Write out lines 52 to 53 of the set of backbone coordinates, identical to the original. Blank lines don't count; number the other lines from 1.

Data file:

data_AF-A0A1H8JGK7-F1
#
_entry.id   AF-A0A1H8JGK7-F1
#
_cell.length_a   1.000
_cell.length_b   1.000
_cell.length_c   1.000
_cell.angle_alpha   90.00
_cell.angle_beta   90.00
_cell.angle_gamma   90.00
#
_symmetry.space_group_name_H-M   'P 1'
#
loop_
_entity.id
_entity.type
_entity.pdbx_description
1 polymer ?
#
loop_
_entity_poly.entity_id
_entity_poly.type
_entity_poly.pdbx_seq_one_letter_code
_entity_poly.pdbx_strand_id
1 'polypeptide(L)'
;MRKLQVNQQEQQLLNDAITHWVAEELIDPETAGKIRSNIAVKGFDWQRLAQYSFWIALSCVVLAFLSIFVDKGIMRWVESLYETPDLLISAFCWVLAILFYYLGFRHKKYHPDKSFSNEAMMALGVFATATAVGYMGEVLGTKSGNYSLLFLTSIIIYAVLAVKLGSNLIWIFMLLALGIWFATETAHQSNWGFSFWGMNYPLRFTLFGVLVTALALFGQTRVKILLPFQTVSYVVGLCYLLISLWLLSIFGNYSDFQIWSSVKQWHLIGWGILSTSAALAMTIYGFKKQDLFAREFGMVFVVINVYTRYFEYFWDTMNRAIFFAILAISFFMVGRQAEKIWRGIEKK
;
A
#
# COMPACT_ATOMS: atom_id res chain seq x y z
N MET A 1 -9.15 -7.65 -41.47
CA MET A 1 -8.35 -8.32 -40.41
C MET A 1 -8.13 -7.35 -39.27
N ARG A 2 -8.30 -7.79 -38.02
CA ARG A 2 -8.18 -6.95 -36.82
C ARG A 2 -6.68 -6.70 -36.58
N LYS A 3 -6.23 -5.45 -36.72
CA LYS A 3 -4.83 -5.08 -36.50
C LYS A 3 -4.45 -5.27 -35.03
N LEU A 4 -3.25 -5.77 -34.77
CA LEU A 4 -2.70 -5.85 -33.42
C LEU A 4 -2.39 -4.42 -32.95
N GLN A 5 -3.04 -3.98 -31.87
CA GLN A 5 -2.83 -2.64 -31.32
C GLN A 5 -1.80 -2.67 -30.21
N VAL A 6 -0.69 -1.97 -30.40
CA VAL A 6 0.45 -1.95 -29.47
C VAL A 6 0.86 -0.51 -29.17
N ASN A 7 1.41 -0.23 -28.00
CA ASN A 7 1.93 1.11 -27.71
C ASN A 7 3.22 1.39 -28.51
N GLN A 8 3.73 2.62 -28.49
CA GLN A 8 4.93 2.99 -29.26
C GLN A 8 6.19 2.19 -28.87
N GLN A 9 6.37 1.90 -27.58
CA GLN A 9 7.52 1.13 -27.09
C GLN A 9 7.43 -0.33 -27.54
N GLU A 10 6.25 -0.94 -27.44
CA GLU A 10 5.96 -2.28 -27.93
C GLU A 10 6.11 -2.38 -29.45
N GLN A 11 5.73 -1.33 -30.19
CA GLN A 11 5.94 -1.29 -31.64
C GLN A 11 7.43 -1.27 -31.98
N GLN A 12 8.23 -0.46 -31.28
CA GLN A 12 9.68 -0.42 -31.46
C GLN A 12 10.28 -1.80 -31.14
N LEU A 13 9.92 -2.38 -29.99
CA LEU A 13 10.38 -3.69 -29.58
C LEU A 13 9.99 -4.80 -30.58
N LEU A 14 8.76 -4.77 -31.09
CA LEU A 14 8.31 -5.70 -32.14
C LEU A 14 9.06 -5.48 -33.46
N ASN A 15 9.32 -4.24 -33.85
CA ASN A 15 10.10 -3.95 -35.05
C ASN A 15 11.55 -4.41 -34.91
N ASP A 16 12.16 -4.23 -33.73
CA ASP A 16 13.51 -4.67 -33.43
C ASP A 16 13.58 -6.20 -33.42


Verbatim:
N GLN A 8 3.73 2.62 -28.49
CA GLN A 8 4.93 2.99 -29.26